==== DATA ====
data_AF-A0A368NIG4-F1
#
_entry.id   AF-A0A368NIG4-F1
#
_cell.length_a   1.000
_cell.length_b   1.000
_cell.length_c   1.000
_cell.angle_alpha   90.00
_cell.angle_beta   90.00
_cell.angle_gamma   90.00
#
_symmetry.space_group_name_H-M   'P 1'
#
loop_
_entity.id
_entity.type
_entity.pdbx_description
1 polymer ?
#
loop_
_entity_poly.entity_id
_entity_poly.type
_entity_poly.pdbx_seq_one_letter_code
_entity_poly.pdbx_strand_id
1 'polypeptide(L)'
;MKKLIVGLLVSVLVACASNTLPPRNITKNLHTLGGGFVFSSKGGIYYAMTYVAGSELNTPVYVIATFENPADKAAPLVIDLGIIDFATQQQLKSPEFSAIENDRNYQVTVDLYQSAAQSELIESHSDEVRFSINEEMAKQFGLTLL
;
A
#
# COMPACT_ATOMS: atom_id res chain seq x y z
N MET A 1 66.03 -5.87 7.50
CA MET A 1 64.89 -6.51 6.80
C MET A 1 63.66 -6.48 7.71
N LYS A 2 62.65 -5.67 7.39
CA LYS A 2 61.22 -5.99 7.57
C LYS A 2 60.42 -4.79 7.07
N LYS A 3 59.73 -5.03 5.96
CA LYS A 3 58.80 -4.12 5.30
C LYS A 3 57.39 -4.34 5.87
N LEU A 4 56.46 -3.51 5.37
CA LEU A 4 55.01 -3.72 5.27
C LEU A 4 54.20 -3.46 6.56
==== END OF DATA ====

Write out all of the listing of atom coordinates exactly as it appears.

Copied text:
data_AF-A0A368NIG4-F1
#
_entry.id   AF-A0A368NIG4-F1
#
_cell.length_a   1.000
_cell.length_b   1.000
_cell.length_c   1.000
_cell.angle_alpha   90.00
_cell.angle_beta   90.00
_cell.angle_gamma   90.00
#
_symmetry.space_group_name_H-M   'P 1'
#
loop_
_entity.id
_entity.type
_entity.pdbx_description
1 polymer ?
#
loop_
_entity_poly.entity_id
_entity_poly.type
_entity_poly.pdbx_seq_one_letter_code
_entity_poly.pdbx_strand_id
1 'polypeptide(L)'
;MKKLIVGLLVSVLVACASNTLPPRNITKNLHTLGGGFVFSSKGGIYYAMTYVAGSELNTPVYVIATFENPADKAAPLVIDLGIIDFATQQQLKSPEFSAIENDRNYQVTVDLYQSAAQSELIESHSDEVRFSINEEMAKQFGLTLL
;
A
#
# COMPACT_ATOMS: atom_id res chain seq x y z
N MET A 1 66.03 -5.87 7.50
CA MET A 1 64.89 -6.51 6.80
C MET A 1 63.66 -6.48 7.71
N LYS A 2 62.65 -5.67 7.39
CA LYS A 2 61.22 -5.99 7.57
C LYS A 2 60.42 -4.79 7.07
N LYS A 3 59.73 -5.03 5.96
CA LYS A 3 58.80 -4.12 5.30
C LYS A 3 57.39 -4.34 5.87
N LEU A 4 56.46 -3.51 5.37
CA LEU A 4 55.01 -3.72 5.27
C LEU A 4 54.20 -3.46 6.56